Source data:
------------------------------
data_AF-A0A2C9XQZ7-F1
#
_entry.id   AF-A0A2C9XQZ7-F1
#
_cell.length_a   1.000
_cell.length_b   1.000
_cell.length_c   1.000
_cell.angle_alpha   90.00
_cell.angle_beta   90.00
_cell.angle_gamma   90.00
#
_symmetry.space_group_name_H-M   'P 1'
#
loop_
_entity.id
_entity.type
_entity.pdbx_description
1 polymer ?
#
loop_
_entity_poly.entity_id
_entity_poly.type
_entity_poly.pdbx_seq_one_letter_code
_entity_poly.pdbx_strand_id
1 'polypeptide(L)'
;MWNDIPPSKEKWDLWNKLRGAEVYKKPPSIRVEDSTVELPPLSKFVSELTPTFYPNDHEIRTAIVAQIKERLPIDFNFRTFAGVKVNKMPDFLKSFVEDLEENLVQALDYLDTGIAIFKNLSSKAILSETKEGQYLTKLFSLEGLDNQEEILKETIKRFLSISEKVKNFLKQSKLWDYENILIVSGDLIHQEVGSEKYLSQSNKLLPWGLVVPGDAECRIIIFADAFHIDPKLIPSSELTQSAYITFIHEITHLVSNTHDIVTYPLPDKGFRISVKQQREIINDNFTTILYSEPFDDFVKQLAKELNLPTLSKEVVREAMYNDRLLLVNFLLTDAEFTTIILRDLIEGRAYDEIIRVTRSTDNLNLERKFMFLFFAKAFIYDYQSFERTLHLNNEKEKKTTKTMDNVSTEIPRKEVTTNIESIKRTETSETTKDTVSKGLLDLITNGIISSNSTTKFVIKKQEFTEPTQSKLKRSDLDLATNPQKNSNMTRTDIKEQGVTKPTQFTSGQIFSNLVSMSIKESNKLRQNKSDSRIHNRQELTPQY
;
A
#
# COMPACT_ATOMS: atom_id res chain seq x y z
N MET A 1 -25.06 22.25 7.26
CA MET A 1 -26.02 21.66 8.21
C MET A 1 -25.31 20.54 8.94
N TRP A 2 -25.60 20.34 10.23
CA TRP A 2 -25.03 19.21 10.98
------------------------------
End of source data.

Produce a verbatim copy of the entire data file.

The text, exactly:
data_AF-A0A2C9XQZ7-F1
#
_entry.id   AF-A0A2C9XQZ7-F1
#
_cell.length_a   1.000
_cell.length_b   1.000
_cell.length_c   1.000
_cell.angle_alpha   90.00
_cell.angle_beta   90.00
_cell.angle_gamma   90.00
#
_symmetry.space_group_name_H-M   'P 1'
#
loop_
_entity.id
_entity.type
_entity.pdbx_description
1 polymer ?
#
loop_
_entity_poly.entity_id
_entity_poly.type
_entity_poly.pdbx_seq_one_letter_code
_entity_poly.pdbx_strand_id
1 'polypeptide(L)'
;MWNDIPPSKEKWDLWNKLRGAEVYKKPPSIRVEDSTVELPPLSKFVSELTPTFYPNDHEIRTAIVAQIKERLPIDFNFRTFAGVKVNKMPDFLKSFVEDLEENLVQALDYLDTGIAIFKNLSSKAILSETKEGQYLTKLFSLEGLDNQEEILKETIKRFLSISEKVKNFLKQSKLWDYENILIVSGDLIHQEVGSEKYLSQSNKLLPWGLVVPGDAECRIIIFADAFHIDPKLIPSSELTQSAYITFIHEITHLVSNTHDIVTYPLPDKGFRISVKQQREIINDNFTTILYSEPFDDFVKQLAKELNLPTLSKEVVREAMYNDRLLLVNFLLTDAEFTTIILRDLIEGRAYDEIIRVTRSTDNLNLERKFMFLFFAKAFIYDYQSFERTLHLNNEKEKKTTKTMDNVSTEIPRKEVTTNIESIKRTETSETTKDTVSKGLLDLITNGIISSNSTTKFVIKKQEFTEPTQSKLKRSDLDLATNPQKNSNMTRTDIKEQGVTKPTQFTSGQIFSNLVSMSIKESNKLRQNKSDSRIHNRQELTPQY
;
A
#
# COMPACT_ATOMS: atom_id res chain seq x y z
N MET A 1 -25.06 22.25 7.26
CA MET A 1 -26.02 21.66 8.21
C MET A 1 -25.31 20.54 8.94
N TRP A 2 -25.60 20.34 10.23
CA TRP A 2 -25.03 19.21 10.98